King baboon spider

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King baboon spider
adult female P. muticus
Scientific classification
Kingdom: Animalia
Phylum: Arthropoda
Class: Arachnida
Order: Araneae
Suborder: Mygalomorphae
Family: Theraphosidae
Genus: Pelinobius
Species: P. muticus
Binomial name
Citharischius crawshayi
Karsch, 1885

Citharischius crawshayi Pocock, 1900 Citharischius crawshagi (lapsus)

The king baboon spider ("Pelinobius muticus") is a tarantula species native to East Africa. The king baboon spider can grow up to 20 cm in leg span. It is a slow growing species. The spider is often rusty brown or orange in colour. As a burrowing species, the back legs are very thick and used for digging burrows. It is popular among tarantula collectors but is highly defensive and not suitable for beginners. They also have very strong venom (although none of the tarantulas is known to have a bite that is deadly to humans); a bite from a baby (1 cm body length) of this species caused sharp pain and the place of the bite remained itchy for five days.[1]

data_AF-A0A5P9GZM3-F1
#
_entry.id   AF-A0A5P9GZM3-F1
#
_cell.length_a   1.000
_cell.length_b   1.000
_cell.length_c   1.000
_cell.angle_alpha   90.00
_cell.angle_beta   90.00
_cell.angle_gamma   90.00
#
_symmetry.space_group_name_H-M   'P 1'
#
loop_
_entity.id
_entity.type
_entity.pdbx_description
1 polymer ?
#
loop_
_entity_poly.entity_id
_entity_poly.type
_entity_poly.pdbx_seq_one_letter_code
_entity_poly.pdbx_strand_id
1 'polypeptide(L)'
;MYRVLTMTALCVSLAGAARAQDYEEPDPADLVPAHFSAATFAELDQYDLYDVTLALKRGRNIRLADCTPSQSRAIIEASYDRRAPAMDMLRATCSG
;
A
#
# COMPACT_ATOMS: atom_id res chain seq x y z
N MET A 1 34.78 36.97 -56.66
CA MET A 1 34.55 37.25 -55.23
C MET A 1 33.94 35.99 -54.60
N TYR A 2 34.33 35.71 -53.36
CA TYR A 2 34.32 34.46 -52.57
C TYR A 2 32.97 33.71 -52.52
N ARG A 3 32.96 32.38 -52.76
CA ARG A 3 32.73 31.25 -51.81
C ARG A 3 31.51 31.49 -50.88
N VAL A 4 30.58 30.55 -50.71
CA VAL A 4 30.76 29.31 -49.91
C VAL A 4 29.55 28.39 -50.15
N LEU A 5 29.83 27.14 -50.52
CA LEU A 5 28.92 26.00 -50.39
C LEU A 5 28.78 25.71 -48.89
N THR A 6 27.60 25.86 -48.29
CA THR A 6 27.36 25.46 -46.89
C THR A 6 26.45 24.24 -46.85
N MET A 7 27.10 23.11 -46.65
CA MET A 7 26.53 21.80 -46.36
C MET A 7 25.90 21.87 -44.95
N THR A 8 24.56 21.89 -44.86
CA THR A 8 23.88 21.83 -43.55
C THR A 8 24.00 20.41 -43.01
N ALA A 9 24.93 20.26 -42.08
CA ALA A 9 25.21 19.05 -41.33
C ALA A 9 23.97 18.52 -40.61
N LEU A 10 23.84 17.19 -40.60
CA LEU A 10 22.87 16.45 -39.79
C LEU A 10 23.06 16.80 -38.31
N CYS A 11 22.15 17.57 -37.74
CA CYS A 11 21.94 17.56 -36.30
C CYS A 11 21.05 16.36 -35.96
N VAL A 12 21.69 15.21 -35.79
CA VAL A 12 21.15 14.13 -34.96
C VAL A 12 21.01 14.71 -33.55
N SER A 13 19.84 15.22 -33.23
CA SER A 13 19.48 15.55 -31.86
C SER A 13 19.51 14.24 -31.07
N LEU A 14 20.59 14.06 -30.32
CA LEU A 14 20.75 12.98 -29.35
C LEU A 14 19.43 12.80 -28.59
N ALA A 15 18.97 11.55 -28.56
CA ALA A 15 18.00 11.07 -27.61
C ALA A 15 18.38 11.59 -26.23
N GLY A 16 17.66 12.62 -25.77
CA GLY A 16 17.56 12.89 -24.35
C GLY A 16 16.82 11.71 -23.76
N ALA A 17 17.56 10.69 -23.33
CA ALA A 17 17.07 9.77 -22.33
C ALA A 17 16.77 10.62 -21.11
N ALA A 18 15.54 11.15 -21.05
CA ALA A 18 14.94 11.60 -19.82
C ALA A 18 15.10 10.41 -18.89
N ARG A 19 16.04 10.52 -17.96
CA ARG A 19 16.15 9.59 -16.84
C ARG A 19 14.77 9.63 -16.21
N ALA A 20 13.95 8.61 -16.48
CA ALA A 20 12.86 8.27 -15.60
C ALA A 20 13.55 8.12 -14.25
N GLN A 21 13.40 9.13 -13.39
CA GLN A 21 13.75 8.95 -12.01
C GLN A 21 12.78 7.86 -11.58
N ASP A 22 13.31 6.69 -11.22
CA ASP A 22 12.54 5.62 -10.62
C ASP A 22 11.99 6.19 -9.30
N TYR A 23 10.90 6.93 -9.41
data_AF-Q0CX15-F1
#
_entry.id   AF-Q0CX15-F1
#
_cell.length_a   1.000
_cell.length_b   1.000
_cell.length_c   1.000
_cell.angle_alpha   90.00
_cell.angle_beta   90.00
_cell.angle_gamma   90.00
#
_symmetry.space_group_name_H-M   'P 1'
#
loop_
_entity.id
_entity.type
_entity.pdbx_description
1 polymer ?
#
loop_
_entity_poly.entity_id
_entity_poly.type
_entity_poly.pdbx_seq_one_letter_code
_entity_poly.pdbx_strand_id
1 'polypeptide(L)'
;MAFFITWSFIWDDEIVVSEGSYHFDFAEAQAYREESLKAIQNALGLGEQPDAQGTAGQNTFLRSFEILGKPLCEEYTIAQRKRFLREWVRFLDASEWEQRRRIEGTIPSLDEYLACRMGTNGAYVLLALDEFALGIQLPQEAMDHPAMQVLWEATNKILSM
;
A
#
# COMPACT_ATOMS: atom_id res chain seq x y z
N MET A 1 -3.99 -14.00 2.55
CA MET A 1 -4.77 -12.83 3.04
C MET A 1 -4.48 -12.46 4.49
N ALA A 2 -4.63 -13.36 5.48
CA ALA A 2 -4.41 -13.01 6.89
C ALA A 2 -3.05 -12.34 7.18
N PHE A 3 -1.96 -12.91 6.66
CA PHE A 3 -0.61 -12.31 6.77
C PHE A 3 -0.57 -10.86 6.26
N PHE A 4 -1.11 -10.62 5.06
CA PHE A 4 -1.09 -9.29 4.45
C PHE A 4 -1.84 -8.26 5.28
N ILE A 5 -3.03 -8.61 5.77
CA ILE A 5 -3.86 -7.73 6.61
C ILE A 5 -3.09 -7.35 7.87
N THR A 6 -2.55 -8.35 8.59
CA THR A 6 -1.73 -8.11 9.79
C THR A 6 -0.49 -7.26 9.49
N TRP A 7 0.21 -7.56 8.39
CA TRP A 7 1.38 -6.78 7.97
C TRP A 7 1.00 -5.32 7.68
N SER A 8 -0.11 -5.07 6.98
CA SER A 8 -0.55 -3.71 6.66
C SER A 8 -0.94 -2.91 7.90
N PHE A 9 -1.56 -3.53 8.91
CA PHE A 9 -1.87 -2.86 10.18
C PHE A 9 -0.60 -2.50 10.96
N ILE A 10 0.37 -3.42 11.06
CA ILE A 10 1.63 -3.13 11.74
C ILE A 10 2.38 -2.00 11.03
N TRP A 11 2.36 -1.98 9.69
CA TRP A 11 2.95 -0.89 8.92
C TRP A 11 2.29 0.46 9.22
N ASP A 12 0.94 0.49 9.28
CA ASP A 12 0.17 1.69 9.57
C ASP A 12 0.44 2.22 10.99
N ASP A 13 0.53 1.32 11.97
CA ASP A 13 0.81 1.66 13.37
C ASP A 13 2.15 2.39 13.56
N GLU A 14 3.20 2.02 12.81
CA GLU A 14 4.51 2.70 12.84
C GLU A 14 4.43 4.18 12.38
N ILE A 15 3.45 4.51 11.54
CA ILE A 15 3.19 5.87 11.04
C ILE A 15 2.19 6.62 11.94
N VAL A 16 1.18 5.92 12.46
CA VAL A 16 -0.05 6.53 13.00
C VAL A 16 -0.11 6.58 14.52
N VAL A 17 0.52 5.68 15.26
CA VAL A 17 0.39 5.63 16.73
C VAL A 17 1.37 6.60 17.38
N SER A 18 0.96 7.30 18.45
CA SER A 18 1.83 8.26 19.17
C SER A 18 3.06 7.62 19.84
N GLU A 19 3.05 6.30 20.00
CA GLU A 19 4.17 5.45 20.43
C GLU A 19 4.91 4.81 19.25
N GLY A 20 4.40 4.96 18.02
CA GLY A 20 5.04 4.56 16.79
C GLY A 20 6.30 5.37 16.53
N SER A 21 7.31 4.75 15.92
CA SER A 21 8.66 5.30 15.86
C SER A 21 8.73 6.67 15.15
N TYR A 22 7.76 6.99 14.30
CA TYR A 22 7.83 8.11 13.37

The king baboon spider is a burrowing spider. It puts silk at the burrows entrance to detect vibrations. These spiders hunt beetles, cockroaches, and other spiders, although they can kill mice, lizards, snakes, and birds. Like all old world spiders, the king baboon tarantula has no urticating hairs, and can be very defensive. When provoked, they rear up, and strike down repeatedly. This is one of only a few Theraphosid spiders that can stridulate as a major defense mechanism. The stridulation sound effect is produced by rubbing the femurs of the 1st and 2nd pair of legs, which when combined with rearing up, produces a formidable defense. The king baboon spider is predated by birds, baboons, and other mammals.


The king baboon spider normally lives in scrubland or grassland, where they dig burrows. 22222


The king baboon spider is found in most of East Africa, especially Kenya and Tanzania.


Adult Pelinobius muticus can be kept in converted aquarium and provided with plenty of ventilation and a very deep substrate (at least 25 cm deep). Spiderlings can be kept in small containers such as pill tubs and waxworm tubs slightly larger specimens can be kept in livefood tubs.


  1. ^ Klátil, Lubomír (1998). Sklípkani: krasavci s chlupatýma nohama. Nakl. Kabourek Zlín. pp. 37, 40. ISBN 978-80-901466-5-5. 

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